Consumer Electronics

Intel Doesn't Fear Competition from Tablets (INTC, AAPL, MFE, IFNNY, ARMH)

In its third quarter earnings report, Intel Corp. (NASDAQ: INTC) posted better than expected EPS and revenues, but the company had already lowered the bar in August. The chip giant also forecasted fourth quarter revenues that were in line with analysts’ expectations.

The company sees PC sales growth of 18% for the current quarter, and expects another year of double-digit growth in 2011. Most of the impact will come from enterprise sales of servers and PCs, while Intel sees a softer market for consumer products in Europe and the US.

Intel’s CEO also noted that the company “fully welcomes” competition from tablet devices such as the iPad from Apple Inc. (NASDAQ: AAPL) because the interest in the devices has expanded the market for computing in general. He did say that he expected some impact on PC sales as a result of the popularity of tablets, but that he expects Intel to participate in the new segment.

Well, the company has bet more than $9 billion on that sentiment, so he’d better hope so. First there is the $7.7 billion acquisition of McAfee, Inc. (NYSE: MFE), and second there is the $1.4 billion buyout of Infineon Technologies AG (OTC:IFNNY). Neither deal closes until early 2011.

The acquisition of Infineon gives Intel an instant entry into the booming market for wireless devices. Infineon’s license to make customized versions of the ARM chip from ARM Holdings plc (NASDAQ: ARMH) was the big prize here. Apple uses an ARM chip in its iPhone, iPad, and iTouch devices, and Intel may be able to parlay its Infineon acquisition into a whole new relationship with Apple.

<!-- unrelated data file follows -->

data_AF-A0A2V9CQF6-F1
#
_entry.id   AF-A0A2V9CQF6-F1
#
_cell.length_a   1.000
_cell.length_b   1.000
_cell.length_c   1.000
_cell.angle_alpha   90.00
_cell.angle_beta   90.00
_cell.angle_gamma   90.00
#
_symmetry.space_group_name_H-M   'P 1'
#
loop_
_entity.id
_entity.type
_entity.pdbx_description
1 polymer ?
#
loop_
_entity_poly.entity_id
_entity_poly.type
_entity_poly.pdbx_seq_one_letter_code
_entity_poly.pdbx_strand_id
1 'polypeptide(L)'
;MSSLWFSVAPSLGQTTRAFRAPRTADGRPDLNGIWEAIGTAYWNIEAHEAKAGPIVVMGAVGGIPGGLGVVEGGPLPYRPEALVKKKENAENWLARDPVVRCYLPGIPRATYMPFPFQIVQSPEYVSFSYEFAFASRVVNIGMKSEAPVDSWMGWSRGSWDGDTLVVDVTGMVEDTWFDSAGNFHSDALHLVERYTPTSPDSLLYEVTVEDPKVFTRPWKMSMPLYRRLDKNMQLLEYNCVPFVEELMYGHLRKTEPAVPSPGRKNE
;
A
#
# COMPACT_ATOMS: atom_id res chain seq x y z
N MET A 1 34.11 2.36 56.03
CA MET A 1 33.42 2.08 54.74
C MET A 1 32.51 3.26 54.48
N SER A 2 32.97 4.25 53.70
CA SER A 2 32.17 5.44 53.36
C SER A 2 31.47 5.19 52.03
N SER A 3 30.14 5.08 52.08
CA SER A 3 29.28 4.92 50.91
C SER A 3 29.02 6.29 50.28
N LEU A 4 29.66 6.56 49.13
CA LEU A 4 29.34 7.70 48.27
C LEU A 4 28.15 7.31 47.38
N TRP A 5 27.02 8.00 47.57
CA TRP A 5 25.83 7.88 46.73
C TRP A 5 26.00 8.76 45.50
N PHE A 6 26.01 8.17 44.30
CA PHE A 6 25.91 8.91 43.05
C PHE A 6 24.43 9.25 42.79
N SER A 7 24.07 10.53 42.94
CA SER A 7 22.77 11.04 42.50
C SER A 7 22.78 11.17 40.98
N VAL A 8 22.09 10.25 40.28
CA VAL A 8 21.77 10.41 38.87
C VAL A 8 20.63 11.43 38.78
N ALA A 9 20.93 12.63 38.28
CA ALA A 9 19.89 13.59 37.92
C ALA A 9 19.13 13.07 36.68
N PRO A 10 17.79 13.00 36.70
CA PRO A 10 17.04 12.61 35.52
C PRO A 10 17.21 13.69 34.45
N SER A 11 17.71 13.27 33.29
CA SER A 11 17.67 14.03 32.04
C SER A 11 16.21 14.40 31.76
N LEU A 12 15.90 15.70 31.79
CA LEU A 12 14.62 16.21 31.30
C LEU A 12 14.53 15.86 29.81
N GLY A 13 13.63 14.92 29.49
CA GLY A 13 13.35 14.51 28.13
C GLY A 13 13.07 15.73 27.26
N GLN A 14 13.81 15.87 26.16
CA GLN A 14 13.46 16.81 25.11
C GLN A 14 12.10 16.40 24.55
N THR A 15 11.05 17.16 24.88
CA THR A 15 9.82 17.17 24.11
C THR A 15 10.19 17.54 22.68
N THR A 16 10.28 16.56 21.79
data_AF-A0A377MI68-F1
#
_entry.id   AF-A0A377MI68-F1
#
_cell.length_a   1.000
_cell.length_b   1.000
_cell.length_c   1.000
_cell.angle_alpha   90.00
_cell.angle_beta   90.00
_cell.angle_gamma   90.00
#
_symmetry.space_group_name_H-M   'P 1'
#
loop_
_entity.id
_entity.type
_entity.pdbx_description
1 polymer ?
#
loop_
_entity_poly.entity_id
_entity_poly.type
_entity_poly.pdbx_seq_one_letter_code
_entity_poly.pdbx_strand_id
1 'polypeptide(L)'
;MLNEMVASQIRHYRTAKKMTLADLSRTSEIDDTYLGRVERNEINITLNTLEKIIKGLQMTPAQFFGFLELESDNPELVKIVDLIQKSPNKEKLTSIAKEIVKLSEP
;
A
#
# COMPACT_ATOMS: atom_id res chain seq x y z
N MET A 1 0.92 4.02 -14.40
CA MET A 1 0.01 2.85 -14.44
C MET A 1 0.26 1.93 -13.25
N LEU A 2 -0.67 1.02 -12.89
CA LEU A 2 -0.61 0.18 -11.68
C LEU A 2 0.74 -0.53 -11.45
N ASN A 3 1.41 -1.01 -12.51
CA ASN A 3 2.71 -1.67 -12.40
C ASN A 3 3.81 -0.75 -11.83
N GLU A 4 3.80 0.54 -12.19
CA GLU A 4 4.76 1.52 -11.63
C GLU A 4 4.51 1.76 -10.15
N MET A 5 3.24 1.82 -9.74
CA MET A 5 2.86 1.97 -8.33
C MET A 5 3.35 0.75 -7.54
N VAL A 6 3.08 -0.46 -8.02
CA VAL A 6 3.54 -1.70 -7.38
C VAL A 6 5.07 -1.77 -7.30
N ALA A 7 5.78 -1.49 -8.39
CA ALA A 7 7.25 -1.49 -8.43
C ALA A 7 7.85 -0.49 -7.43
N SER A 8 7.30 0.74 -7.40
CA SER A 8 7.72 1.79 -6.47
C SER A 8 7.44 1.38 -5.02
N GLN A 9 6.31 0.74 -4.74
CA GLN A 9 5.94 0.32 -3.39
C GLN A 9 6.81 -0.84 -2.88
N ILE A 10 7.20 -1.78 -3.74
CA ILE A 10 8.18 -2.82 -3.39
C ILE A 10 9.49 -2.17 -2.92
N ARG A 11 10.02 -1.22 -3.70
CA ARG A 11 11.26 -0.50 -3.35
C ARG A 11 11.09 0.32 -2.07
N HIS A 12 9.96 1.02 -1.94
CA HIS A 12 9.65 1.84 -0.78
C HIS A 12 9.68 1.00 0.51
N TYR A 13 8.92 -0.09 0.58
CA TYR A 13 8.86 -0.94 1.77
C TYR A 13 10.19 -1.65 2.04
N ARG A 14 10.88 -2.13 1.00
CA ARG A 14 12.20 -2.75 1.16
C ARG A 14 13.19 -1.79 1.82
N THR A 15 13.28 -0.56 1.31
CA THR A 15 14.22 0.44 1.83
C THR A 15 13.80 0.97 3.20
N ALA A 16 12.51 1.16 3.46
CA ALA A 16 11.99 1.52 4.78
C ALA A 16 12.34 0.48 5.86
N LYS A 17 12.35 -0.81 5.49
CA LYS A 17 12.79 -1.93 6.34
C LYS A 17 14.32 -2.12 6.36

The buyout of McAfee offers Intel an opportunity to put security at the center of its push into mobile computing. Intel has recognized that mobile devices lack serious a security component, and it believes it can lead the market for mobile processors if it can be first out of the blocks with a strong hardware security component.

Intel is also prepping for the launch of a new family of chips that offers on-chip graphics support in addition to the usual computing functions. For enterprise computing and for a lot of general consumer computing, this should lower the cost of a system while still allowing Intel to maintain its gross margins, projected by the company to be 67% in the fourth quarter.

Intel should have little trouble hitting its adjusted targets for the fourth quarter. And based on its statements about orders for the new chip, the company’s outlook for the first half of 2011 should also be okay, even if not strong. But if it can really execute on its two big acquisitions, the juggernaut might really roll again.

Paul Ausick